Why We Do What We Do

ESSAY BY: Mike Shesterkin, Exec. Director, SMSBF

Those who think in abstractions are often criticized for being of little use in the practical world of business. “Yes, but how will your ideas make money?”, was a question I’d often hear in senior staff meetings whenever I talked about sustainability, or the idea that business is more than “maximizing shareholder value”. Back in those days, it was easier to suggest that increasing social capital and reducing harm to the environment were “externalities”, which was simply code for, “things that don’t make money”. That was fifteen years ago, and much has changed, or so we think. Are things all that different?

There can be no doubt that we are undergoing a shift; however, as I continue to learn about history, it becomes increasingly clear that political and social change are slow indeed. Unfortunately, we’re running out of time.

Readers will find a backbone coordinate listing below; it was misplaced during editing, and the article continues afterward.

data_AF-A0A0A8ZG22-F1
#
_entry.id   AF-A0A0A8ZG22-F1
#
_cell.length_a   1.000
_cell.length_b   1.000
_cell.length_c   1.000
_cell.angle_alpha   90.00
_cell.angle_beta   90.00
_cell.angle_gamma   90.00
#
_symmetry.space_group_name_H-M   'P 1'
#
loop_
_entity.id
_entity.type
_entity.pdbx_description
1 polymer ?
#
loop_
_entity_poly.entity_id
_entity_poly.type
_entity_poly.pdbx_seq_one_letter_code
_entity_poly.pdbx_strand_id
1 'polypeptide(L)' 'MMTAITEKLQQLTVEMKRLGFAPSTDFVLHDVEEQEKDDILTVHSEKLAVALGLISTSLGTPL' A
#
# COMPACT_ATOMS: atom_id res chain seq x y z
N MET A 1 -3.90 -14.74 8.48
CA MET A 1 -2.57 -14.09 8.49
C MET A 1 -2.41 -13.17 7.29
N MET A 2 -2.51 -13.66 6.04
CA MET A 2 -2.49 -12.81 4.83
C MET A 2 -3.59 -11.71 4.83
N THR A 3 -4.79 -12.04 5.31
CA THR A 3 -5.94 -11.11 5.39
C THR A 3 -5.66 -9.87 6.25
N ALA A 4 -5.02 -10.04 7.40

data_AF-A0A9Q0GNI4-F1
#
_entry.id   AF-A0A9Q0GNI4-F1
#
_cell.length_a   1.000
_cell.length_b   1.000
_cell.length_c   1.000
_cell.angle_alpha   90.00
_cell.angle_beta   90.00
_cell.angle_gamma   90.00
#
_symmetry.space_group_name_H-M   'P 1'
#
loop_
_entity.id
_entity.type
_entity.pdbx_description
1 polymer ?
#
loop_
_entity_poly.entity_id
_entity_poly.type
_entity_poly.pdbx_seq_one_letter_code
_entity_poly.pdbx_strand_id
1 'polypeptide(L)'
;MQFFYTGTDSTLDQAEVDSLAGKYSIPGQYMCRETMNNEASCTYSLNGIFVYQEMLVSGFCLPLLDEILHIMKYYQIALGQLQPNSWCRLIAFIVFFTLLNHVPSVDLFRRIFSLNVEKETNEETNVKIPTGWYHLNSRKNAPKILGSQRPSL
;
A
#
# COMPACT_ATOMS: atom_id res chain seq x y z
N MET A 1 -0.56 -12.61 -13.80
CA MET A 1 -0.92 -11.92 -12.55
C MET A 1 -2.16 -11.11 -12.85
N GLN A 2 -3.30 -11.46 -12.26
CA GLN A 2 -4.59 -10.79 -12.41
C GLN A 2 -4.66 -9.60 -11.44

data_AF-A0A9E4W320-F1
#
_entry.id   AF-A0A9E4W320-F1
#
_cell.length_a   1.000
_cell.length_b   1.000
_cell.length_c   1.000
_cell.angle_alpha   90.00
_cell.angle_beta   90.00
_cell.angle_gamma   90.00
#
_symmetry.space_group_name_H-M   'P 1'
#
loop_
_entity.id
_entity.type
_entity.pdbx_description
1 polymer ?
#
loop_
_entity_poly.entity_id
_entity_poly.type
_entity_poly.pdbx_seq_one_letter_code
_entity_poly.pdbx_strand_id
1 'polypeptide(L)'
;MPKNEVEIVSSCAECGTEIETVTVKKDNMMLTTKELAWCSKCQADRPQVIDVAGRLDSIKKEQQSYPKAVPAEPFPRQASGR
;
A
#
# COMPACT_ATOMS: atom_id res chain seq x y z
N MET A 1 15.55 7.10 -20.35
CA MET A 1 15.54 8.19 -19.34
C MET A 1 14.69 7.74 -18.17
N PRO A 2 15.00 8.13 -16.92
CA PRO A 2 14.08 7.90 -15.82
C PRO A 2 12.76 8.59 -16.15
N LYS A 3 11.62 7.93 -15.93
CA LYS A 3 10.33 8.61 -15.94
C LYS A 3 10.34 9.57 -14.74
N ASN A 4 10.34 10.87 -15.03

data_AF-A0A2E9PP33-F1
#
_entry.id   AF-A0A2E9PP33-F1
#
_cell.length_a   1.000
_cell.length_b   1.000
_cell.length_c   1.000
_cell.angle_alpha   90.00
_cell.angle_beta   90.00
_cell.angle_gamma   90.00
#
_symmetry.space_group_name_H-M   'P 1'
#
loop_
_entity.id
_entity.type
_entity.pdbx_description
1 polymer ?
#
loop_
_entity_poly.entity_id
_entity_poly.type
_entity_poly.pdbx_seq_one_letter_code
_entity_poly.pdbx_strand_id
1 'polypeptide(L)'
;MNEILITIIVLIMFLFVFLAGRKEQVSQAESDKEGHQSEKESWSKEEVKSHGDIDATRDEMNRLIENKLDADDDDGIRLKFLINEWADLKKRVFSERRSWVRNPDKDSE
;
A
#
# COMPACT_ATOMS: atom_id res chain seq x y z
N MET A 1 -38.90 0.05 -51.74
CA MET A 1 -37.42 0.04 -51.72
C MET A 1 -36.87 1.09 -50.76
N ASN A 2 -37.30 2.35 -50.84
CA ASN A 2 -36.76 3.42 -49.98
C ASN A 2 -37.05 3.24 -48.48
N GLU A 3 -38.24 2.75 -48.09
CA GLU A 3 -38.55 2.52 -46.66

If we learn anything from the pandemic, it must lead us to taking a very critical look at how we, as Americans, see the world around us. In other words, we need to ask the abstract question, “why”, and we need to be prepared to take-on the radical changes necessary to avert the biggest disaster in human history: the one being brought about by global climatic change. 

As Americans, though, and as illustrated by my C-suite experience of nearly a generation ago, we generally have a hard time with overarching frameworks, philosophies and abstractions. Our culture is very pragmatic: We tend to value the enterprising, the folks who go out and “do”, versus those who “think”. As Americans, we claim a right to choose, or so we think, how we see the world. We cling tenaciously to the notion that we can think what we want, irrespective of what others think, and for some, irrespective of what nature reveals.